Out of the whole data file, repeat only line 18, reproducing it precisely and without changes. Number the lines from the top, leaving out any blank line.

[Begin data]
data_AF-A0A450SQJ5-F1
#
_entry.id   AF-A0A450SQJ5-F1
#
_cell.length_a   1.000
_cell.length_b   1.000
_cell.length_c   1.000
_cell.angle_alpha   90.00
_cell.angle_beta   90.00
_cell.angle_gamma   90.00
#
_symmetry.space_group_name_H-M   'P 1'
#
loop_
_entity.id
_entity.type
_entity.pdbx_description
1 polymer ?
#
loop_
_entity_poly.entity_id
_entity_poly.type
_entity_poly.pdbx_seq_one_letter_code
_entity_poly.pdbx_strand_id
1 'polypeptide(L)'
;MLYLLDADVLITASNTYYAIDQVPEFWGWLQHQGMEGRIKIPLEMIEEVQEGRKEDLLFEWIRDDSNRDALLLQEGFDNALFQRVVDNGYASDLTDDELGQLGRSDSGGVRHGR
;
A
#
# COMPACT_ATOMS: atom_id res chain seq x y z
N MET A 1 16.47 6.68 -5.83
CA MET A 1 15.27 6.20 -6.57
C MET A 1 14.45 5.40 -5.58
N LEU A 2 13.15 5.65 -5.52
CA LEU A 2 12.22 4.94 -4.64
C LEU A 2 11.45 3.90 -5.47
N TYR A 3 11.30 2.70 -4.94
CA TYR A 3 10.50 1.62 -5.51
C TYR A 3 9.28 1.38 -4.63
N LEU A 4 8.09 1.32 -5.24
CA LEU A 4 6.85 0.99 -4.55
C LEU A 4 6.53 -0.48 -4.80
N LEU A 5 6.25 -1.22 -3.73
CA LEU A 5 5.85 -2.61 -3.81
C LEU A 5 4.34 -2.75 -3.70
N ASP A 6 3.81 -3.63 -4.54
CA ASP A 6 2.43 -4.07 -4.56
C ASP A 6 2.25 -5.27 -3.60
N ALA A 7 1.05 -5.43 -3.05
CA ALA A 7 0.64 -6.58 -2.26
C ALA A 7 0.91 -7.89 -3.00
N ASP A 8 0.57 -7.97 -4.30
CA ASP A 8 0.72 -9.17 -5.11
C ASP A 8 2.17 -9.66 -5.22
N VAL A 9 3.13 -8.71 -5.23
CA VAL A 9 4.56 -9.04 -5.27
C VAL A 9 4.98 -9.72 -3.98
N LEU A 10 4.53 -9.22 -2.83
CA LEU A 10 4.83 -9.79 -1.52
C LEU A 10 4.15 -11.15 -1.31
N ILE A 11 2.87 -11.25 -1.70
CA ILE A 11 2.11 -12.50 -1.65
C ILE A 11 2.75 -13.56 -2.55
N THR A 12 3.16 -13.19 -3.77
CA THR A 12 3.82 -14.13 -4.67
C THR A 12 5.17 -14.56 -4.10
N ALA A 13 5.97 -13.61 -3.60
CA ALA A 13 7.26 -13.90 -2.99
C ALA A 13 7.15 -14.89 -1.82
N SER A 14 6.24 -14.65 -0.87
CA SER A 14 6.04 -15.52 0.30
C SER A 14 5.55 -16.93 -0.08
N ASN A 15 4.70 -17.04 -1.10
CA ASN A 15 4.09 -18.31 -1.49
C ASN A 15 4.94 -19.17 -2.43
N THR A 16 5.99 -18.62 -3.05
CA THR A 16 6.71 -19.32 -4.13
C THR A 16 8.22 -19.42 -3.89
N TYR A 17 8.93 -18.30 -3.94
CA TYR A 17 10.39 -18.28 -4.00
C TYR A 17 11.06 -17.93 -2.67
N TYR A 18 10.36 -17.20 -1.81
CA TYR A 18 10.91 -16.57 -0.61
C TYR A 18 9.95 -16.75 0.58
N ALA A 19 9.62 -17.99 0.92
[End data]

1 polymer ?